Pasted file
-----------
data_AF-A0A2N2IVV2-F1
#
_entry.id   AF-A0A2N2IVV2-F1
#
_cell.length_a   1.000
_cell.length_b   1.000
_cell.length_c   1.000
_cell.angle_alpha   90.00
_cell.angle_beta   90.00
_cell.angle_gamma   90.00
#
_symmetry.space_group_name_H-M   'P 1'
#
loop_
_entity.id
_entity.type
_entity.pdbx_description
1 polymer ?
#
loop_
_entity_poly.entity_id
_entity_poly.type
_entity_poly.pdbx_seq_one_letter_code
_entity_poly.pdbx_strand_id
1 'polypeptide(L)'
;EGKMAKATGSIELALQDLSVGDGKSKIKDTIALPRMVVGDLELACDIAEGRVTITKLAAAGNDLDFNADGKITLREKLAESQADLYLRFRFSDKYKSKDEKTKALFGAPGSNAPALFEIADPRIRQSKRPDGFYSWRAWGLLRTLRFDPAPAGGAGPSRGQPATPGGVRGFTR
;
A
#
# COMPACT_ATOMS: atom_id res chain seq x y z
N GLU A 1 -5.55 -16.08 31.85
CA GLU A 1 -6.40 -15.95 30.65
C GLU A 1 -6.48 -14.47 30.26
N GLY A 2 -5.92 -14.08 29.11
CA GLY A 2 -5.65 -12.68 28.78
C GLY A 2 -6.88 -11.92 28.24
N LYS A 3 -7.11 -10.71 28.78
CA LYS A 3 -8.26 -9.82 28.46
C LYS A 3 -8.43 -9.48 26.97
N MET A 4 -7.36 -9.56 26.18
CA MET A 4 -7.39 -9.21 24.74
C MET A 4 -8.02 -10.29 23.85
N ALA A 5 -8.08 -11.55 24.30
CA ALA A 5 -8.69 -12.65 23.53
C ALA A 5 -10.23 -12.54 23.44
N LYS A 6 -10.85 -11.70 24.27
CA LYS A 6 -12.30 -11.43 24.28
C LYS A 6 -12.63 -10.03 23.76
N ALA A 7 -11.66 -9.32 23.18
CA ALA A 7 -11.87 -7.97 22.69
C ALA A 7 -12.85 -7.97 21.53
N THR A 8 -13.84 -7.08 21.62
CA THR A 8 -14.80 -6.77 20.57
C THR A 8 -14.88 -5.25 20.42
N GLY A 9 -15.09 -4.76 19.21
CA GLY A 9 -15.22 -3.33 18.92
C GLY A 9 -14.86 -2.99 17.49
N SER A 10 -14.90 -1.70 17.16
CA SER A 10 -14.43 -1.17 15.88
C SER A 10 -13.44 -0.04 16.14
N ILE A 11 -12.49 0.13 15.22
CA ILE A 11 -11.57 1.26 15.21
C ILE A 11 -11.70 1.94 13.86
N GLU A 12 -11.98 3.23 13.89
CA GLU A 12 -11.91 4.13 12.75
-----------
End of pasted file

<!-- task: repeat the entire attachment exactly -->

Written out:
data_AF-A0A2N2IVV2-F1
#
_entry.id   AF-A0A2N2IVV2-F1
#
_cell.length_a   1.000
_cell.length_b   1.000
_cell.length_c   1.000
_cell.angle_alpha   90.00
_cell.angle_beta   90.00
_cell.angle_gamma   90.00
#
_symmetry.space_group_name_H-M   'P 1'
#
loop_
_entity.id
_entity.type
_entity.pdbx_description
1 polymer ?
#
loop_
_entity_poly.entity_id
_entity_poly.type
_entity_poly.pdbx_seq_one_letter_code
_entity_poly.pdbx_strand_id
1 'polypeptide(L)'
;EGKMAKATGSIELALQDLSVGDGKSKIKDTIALPRMVVGDLELACDIAEGRVTITKLAAAGNDLDFNADGKITLREKLAESQADLYLRFRFSDKYKSKDEKTKALFGAPGSNAPALFEIADPRIRQSKRPDGFYSWRAWGLLRTLRFDPAPAGGAGPSRGQPATPGGVRGFTR
;
A
#
# COMPACT_ATOMS: atom_id res chain seq x y z
N GLU A 1 -5.55 -16.08 31.85
CA GLU A 1 -6.40 -15.95 30.65
C GLU A 1 -6.48 -14.47 30.26
N GLY A 2 -5.92 -14.08 29.11
CA GLY A 2 -5.65 -12.68 28.78
C GLY A 2 -6.88 -11.92 28.24
N LYS A 3 -7.11 -10.71 28.78
CA LYS A 3 -8.26 -9.82 28.46
C LYS A 3 -8.43 -9.48 26.97
N MET A 4 -7.36 -9.56 26.18
CA MET A 4 -7.39 -9.21 24.74
C MET A 4 -8.02 -10.29 23.85
N ALA A 5 -8.08 -11.55 24.30
CA ALA A 5 -8.69 -12.65 23.53
C ALA A 5 -10.23 -12.54 23.44
N LYS A 6 -10.85 -11.70 24.27
CA LYS A 6 -12.30 -11.43 24.28
C LYS A 6 -12.63 -10.03 23.76
N ALA A 7 -11.66 -9.32 23.18
CA ALA A 7 -11.87 -7.97 22.69
C ALA A 7 -12.85 -7.97 21.53
N THR A 8 -13.84 -7.08 21.62
CA THR A 8 -14.80 -6.77 20.57
C THR A 8 -14.88 -5.25 20.42
N GLY A 9 -15.09 -4.76 19.21
CA GLY A 9 -15.22 -3.33 18.92
C GLY A 9 -14.86 -2.99 17.49
N SER A 10 -14.90 -1.70 17.16
CA SER A 10 -14.43 -1.17 15.88
C SER A 10 -13.44 -0.04 16.14
N ILE A 11 -12.49 0.13 15.22
CA ILE A 11 -11.57 1.26 15.21
C ILE A 11 -11.70 1.94 13.86
N GLU A 12 -11.98 3.23 13.89
CA GLU A 12 -11.91 4.13 12.75